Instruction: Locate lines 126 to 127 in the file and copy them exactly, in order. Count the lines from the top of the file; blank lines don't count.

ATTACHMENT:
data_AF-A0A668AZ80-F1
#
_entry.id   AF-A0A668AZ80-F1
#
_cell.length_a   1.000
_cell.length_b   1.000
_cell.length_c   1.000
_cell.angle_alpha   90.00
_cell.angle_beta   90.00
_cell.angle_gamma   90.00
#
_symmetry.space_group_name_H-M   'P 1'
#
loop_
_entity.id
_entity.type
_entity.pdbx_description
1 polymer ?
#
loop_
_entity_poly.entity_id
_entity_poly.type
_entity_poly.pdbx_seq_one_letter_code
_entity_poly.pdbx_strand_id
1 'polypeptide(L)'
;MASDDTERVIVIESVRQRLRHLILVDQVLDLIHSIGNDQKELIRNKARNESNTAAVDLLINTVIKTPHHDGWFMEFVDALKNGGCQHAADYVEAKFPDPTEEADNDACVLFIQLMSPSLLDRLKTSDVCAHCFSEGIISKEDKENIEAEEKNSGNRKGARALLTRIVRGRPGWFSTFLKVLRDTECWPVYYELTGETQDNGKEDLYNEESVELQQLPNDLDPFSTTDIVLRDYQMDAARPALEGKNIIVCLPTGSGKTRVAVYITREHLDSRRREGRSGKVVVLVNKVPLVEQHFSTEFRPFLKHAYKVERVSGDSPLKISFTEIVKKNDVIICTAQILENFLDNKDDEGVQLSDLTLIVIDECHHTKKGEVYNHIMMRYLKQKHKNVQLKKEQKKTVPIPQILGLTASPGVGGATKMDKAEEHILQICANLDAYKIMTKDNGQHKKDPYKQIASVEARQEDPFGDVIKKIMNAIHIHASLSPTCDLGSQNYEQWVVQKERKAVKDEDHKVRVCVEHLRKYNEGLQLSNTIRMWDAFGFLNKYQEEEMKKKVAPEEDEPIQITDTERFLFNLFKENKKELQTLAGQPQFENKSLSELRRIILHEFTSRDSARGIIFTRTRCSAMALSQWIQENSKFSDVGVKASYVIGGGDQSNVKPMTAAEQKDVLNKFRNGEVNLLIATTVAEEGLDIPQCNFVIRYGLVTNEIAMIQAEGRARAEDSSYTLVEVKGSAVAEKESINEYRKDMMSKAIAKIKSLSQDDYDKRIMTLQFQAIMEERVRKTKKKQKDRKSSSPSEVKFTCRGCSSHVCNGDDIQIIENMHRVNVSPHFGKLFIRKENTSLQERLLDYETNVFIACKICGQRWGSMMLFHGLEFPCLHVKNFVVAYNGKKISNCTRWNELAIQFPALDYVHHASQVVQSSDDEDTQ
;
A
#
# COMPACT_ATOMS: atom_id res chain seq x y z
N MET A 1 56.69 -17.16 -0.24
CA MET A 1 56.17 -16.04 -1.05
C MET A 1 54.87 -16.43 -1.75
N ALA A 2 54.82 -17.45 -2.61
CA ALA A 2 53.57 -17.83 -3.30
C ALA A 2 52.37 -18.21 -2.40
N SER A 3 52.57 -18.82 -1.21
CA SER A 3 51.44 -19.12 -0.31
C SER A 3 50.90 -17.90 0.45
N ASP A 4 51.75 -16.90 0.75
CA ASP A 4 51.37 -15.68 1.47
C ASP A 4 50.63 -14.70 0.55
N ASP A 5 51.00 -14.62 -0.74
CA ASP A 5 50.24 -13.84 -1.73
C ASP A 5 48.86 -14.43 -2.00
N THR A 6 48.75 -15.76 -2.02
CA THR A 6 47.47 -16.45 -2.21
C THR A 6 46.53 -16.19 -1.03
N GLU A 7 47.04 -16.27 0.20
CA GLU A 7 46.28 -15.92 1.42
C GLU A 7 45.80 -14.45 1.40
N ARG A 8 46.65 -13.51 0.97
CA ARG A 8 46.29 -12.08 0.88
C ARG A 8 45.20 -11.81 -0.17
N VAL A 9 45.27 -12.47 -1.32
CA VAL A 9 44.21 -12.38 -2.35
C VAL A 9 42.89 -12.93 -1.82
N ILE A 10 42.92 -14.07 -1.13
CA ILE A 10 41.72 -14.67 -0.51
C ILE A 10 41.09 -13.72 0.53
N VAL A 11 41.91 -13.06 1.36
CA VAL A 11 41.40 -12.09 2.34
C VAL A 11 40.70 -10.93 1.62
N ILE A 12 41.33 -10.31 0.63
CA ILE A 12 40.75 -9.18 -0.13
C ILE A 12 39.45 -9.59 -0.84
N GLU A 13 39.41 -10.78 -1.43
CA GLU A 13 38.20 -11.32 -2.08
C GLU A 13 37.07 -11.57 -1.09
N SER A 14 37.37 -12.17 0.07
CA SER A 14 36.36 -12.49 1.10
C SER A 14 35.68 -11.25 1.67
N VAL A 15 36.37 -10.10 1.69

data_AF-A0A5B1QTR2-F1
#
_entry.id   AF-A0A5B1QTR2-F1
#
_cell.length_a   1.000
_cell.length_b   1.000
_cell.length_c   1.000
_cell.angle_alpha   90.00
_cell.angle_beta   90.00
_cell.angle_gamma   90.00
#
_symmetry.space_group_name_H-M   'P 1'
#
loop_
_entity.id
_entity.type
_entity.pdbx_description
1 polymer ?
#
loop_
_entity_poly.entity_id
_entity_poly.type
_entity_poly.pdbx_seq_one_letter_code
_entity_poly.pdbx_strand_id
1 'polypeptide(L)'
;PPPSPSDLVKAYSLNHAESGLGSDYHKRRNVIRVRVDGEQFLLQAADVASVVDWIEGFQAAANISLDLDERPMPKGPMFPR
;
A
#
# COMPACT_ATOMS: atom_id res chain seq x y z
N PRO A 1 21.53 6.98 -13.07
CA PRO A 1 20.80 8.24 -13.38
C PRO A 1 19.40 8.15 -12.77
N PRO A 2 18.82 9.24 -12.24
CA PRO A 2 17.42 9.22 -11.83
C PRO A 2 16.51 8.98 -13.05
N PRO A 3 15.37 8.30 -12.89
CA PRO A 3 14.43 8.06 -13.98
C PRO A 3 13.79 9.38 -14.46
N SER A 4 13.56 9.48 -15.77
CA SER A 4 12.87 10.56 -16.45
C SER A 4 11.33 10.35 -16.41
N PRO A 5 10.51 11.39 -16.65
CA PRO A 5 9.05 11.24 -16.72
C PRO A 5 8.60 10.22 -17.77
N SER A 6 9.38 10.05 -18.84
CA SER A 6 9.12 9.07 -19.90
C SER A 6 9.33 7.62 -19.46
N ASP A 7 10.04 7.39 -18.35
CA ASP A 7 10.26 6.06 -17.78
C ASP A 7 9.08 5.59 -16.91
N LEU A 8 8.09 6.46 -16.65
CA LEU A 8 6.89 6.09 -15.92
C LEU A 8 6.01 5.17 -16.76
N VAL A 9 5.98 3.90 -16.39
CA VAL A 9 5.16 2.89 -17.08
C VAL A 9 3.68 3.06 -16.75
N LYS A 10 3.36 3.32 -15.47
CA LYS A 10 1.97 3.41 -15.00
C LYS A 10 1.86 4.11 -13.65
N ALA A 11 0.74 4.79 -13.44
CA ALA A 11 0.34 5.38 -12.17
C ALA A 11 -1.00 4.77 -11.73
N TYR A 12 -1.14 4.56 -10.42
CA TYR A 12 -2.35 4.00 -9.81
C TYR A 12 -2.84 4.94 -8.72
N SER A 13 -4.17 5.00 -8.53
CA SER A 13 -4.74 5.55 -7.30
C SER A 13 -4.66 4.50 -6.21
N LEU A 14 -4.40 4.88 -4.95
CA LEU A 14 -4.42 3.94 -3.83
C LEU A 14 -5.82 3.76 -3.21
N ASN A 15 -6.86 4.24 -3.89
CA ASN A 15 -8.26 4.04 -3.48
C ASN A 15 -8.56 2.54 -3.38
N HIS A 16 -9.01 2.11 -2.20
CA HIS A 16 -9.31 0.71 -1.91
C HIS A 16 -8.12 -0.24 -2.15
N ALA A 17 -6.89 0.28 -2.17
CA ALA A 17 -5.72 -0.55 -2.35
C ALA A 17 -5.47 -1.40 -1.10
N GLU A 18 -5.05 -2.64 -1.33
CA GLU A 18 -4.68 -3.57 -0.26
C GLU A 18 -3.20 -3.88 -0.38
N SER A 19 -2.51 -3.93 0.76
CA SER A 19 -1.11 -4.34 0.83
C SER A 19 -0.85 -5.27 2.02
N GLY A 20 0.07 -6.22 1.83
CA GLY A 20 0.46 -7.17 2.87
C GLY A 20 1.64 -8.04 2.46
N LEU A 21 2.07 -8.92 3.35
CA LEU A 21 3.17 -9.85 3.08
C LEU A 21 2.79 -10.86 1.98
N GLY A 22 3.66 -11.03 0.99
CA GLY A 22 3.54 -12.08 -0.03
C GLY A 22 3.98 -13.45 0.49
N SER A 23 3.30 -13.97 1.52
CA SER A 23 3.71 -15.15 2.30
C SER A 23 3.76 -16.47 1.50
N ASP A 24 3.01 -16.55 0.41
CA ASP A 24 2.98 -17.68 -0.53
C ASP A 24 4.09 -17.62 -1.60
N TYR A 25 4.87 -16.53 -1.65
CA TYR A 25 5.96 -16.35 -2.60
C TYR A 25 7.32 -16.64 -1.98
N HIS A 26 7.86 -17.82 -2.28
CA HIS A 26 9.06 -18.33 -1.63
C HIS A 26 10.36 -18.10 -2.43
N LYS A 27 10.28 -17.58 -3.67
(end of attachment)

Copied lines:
CA LEU A 8 6.89 6.09 -15.92
C LEU A 8 6.01 5.17 -16.76